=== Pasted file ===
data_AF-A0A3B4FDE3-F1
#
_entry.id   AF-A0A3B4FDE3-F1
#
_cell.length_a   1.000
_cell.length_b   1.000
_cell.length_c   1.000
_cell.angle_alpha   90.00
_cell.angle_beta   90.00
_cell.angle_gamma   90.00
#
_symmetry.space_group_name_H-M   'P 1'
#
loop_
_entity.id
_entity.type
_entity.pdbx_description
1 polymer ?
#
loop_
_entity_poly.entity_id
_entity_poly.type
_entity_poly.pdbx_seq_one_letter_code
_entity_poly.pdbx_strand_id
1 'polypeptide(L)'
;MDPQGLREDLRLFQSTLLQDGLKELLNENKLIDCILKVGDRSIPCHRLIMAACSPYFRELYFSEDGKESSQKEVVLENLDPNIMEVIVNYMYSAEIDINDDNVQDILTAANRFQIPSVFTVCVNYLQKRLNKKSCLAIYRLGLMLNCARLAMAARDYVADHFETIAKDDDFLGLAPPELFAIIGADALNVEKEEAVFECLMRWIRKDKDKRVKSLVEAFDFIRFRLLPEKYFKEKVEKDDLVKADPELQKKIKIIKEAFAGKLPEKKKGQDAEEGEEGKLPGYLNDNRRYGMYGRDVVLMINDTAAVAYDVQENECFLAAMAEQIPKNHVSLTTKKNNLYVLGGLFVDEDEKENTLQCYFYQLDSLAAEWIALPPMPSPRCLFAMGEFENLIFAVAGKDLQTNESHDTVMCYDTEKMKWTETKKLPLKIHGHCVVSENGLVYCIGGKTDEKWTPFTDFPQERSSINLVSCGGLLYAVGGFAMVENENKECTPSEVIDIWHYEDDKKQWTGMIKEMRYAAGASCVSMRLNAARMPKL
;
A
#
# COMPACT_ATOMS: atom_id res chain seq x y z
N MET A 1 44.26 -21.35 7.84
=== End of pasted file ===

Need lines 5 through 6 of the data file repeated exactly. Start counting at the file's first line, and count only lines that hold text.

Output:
_cell.length_a   1.000
_cell.length_b   1.000